The late 1990s witnessed a surge of entrepreneurial risk-taking unleashed by the growth of the Internet. Andersen Consulting pursued its entrepreneurial destiny as well by filing, and winning, an arbitration case against Andersen Worldwide. The fully independent firm established its own identity with the adoption of its new name, Accenture, and a successful IPO, despite the bursting of the dot-com bubble. The company adjusted to new realities brought on by economic recession and the war on terror.
Two months later, Accenture and the world were shocked by the terrorist attacks on the Pentagon and the World Trade Center. The consultants rallied to fund and construct a Family Assistance Center in downtown Manhattan where families of September 11 victims could seek information about loved ones and emergency aid. Accenture remained true to its roots. Rather than resist change, its employees proved willing to make the kind of bold moves that characterized Accenture’s strategy over the years, and that kept Accenture in the vanguard of the global technical services industry.
After Andersen Consulting’s mid-December 1997 arbitration filing against Arthur Andersen and Andersen Worldwide, there was no going back. As part of the arbitration, the consultants were required to stop using any form of “Andersen” in their name by the end of the year. That forced the firm into a flurry of rebranding itself as Accenture in a little over four months and at a cost of nearly $200 million. With the ink barely dry on the new Accenture name, the firm took the historic step of a massive reorganization, followed by selling shares to the public in July 2001 in an Initial Public Offering (IPO) to raise much-needed permanent capital. Forehand knew that regardless of how many millions of dollars the consultants spent on advertising and golf tournaments, people were still going to confuse them with the audit firm.
In one very important sense, the arbitration decision made the rebranding process easier. Forehand no longer had to “sell” anything. They were merely following the order of the arbitrator. There still was the challenge of generating buy-in on the part of the firm’s more than 70,000 employees, and doing so in the space of 147 days. One of the first steps was to inform the employees of the decision. As part of that effort, Murphy, who was already working with branding experts, created an internal process called “brandstorming” in which employees from around the world were asked for name ideas. The winner, Kim Petersen, senior manager-Resources in Oslo, Norway, came up with Accenture by thinking of “accent on the future“.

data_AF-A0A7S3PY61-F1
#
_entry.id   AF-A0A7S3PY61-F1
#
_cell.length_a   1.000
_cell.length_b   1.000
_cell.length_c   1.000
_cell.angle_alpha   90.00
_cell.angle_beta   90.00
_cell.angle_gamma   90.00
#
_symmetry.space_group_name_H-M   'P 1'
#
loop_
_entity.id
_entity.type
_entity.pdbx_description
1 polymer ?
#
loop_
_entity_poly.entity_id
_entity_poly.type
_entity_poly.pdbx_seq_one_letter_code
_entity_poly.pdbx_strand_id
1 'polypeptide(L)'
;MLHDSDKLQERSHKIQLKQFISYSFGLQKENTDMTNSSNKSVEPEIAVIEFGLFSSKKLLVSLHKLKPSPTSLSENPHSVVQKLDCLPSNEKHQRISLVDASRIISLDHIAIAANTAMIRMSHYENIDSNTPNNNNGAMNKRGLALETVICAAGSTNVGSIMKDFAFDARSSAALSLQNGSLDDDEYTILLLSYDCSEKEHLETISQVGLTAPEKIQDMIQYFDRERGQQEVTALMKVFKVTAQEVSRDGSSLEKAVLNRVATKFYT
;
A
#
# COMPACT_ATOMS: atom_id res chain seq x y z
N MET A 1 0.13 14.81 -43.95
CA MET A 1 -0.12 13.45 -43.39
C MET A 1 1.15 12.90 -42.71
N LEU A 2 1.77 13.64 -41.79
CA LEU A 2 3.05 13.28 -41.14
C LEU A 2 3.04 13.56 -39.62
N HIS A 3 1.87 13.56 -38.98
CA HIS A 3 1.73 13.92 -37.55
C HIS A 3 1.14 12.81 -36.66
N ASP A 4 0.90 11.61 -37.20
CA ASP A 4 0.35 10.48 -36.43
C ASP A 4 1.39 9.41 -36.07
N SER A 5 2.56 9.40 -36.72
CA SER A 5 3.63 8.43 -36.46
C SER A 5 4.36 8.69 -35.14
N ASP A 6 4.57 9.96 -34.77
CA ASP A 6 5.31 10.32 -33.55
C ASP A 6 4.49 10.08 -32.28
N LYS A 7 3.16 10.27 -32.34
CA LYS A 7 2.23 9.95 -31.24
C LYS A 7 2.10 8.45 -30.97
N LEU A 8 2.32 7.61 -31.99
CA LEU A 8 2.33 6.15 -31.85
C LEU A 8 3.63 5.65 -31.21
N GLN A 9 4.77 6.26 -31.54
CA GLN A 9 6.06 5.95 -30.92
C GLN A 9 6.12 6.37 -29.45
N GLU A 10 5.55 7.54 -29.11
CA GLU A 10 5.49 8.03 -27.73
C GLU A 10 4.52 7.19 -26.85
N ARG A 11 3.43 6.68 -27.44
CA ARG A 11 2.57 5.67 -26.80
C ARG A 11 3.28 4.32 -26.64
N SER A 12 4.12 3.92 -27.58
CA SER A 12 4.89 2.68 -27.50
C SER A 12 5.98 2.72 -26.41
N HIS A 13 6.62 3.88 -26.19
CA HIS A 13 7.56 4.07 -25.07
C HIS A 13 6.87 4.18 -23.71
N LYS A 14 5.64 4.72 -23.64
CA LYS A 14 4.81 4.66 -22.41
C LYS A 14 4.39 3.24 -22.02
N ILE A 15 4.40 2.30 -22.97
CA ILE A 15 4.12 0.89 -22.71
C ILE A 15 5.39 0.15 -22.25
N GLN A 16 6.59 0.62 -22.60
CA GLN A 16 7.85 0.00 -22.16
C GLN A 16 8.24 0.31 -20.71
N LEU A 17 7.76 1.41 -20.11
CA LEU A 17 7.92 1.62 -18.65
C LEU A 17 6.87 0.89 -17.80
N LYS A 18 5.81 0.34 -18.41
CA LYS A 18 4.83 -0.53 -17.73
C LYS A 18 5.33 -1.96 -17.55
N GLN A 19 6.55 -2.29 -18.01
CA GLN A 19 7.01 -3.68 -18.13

From that point forward, it was a race against the clock to effect the monumental changes required. The biggest challenge, however, involved transitioning brand equity to the new name. Starting with Andersen Consulting’s ads included a “tear-away” corner, with the message “Renamed. Redefined. Reborn. 01.01.01.”. A direct mail campaign, complete with a capabilities brochure that outlined the organization’s breadth of capabilities, was prepared and then sent to more than 40,000 (prospective) clients. The firm also worked with more than 165 alliance partners to rebrand their materials, brochures and websites. More than 2,000 people on 56 teams put in some 40,000 hours of work to ensure that the organization’s new name met the arbitrator’s deadline. To celebrate the launch of the Accenture name, Forehand hosted three live global webcasts—appropriate to different time zones—for employees around the world.
“Our brand positioning helps ensure our leadership position in the marketplace,” Joe Forehand noted. “By strongly managing our brand, we can shape the way clients and potential clients perceive Accenture. This will inevitably benefit our bottom line”. Some scoffed at the new name at the time, but at the end of calendar year 2001, one year after the launch, awareness for the Accenture name remained at or above the awareness level for the Andersen Consulting name.
Impressions of Accenture’s transformation and first campaigns: